Part 2: Implementing a Strategy for Future Success
Further to these challenges presented the Red Bull Management decided that changes needed to be made in order to improve the results and moral within the team.
These were the following:
Photos: (1) All the trophies! Nick in the Red Bull Racing reception on a recent visit to the team's factory. (2) Red Bull at Goodwood (3) 4 Time World Champion, Sebastian Vettel (4) Vettel's 2011 car (5) Inside the garage at Goodwood this year.
All photos have been taken by the HR Strategy Pro Ignition team on their travels, please do not use without permission.
Building a High Performance Team – Red Bull Racing.
By Nick Butcher - HRSP Ignition, Co-founder
Part 1: Background
In 2004 the Red Bull Drinks Company purchased the Jaguar Racing Team for $1. The Jaguar team who were owned at the time by the Ford Motor Company had been in Formula 1 since 2000, after Ford purchased 3 time Formula 1 champion Jackie Stewart’s Stewart Grand Prix team. During that time the team saw four changes of management, only 2 podiums and no constructors championship finish higher than 7th. Red Bull ownership on the other hand has seen the team achieve great things and with over 60 wins and between 2010 to 2013 winning all four Driver’s and Constructor’s Championships. This has all been achieved with mainly with the same management team led by Christian Horner since the first season and drivers who have mainly come through their own driver academy.
So how did a drinks company achieve so much with the same team where one of the biggest motor groups in the world couldn’t?
Challenges Red Bull Inherited
In 2006 Red Bull Racing hired renowned car designer Adrian Newey as Chief Technical Officer. Newey had come from rivals McLaren and before that Williams, where with both teams the car designs he had overseen had won multiple World Championships. Even upon his departure from McLaren, believing Red Bull Racing posed no threat, McLaren did not enforce any garden leave or period were Newey had to sit out of the sport before changing teams. He moved straight over and from in 2017 autobiography, Newey noted the following challenges that he found when entering the Red Bull factory in Milton Keynes:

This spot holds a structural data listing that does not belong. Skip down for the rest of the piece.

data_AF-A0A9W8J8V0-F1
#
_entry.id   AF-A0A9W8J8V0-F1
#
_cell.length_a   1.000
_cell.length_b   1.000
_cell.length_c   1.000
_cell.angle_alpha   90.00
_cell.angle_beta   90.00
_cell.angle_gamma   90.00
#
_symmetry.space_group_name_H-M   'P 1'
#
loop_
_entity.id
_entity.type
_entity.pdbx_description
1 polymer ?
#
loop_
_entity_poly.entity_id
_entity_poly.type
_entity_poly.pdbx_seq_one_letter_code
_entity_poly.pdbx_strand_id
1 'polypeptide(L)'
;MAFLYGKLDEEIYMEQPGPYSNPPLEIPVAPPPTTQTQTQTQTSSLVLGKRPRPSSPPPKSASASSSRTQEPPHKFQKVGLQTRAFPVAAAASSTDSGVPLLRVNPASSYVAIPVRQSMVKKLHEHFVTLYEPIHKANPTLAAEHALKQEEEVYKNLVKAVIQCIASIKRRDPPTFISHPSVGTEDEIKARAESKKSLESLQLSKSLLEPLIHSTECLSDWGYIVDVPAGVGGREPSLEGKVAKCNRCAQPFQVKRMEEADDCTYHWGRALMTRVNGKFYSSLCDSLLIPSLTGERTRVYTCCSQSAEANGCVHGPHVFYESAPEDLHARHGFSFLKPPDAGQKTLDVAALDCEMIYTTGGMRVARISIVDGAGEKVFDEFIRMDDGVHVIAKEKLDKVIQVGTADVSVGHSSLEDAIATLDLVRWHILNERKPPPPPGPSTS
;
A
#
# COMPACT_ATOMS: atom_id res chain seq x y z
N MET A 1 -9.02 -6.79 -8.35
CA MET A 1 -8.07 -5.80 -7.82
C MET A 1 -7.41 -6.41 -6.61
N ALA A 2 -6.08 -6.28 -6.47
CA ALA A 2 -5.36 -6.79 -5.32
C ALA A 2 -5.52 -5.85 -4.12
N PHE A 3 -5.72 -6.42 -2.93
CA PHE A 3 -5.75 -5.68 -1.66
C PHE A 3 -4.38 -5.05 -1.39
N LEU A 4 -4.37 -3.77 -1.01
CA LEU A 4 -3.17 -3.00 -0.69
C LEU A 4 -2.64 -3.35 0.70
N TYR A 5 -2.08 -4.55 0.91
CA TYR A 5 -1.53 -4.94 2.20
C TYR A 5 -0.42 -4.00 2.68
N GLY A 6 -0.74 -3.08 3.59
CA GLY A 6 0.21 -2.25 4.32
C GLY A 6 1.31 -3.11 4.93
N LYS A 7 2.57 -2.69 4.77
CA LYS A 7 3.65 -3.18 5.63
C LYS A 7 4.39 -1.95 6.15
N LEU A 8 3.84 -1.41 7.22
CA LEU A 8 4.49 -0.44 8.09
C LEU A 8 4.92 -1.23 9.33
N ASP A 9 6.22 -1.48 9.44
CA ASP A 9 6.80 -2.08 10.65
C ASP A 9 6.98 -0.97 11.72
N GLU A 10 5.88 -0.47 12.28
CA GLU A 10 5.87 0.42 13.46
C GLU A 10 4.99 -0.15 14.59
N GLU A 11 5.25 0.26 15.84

So how did Newey and Red Bull turn it around?
The Results of the Changes
Looking at this on a purely results basis the first few years under the Red Bull Management remained quite similar from their first season in 2005 to 2008 with the team still not finishing higher than 7th. There were some high lights, with achieving their first podium with a 3rd place finish at the 2006 Monaco Grand Prix with David Coulthard but also some low points, which included a rather embarrassing 2008 season where they were outscored by their “junior” team Toro Rosso, who had been purchased by the Red Bull Group in 2005 when they took over the Italian team Minardi. That season Toro Rosso also managed the first win for the Red Bull Group when future 4-Time World Champion Sebastian Vettel took an incredible victory at a very wet Monza.
That would all change however in 2009 when the rule changes that Newey had been getting the team to work towards and focus on came into fruition as the team won 6 Grand Prix finishing 2nd behind Brawn GP in the Constructors Championship.
That season set the foundations for what would be over the next 4 seasons domination as between 2010 – 2013, Sebastian Vettel and Red Bull Racing went on to win all the driver’s and constructor’s championships on offer. It wasn’t always as straight forward as it seemed though with 2010 and 2012 going down to the wire with Vettel just edging it in the final race.
2014 however brought in new engine regulations and the once powerful partnership between Red Bull and its engine supplier Renault started to sour as teams became much more reliant on engine performance as the teams switched from V8s to V6 Hybrids. Something that Red Bull Racing boss Christian Horner quite openly admitted to me when I asked him what needed to change back in 2017. Put simply the manufacturer teams like Mercedes and Ferrari could have more control on their engines as “Works” team rather than “Customer” teams who relied on engine manufacturers getting it right!
In saying that though, the seasons since have still brought success with multiple race wins and Red Bull Racing can consider themselves now very much in the “Top 3” along with Mercedes and Ferrari. Attracting the best people to their team and many consider getting ready to build towards another era of dominance. In 2019 they started a partnership with Honda, effectively becoming the Japanese Car manufacturer’s Works team. A relationship which has already seen 2 races wins (as of October 2019) and looks very promising.
“Its all about getting the right people in the right positions and empowering them to get on with their job. Every now and then a direction or a target has to be set but it’s a question of trusting the group you have around you and to have the faith in them, that they are going to get on with their element” Christian Horner said back in an interview in 2014 “That is the biggest thing that has changed in the last 10 years when Red Bull first bought the team from Jaguar, there was a total lack of trust between the departments and they would blame each other.”
All we know is that it certainly worked the first time round, so no one should bet against seeing them back at the top again!
Co-founder and Director - HRSP Ignition
Photos: Inside the factory, all the Red Bull Racing cars including the 4 World Championship Winners. Ignition Co-founder Nick Butcher with Adrian Newey back in 2017.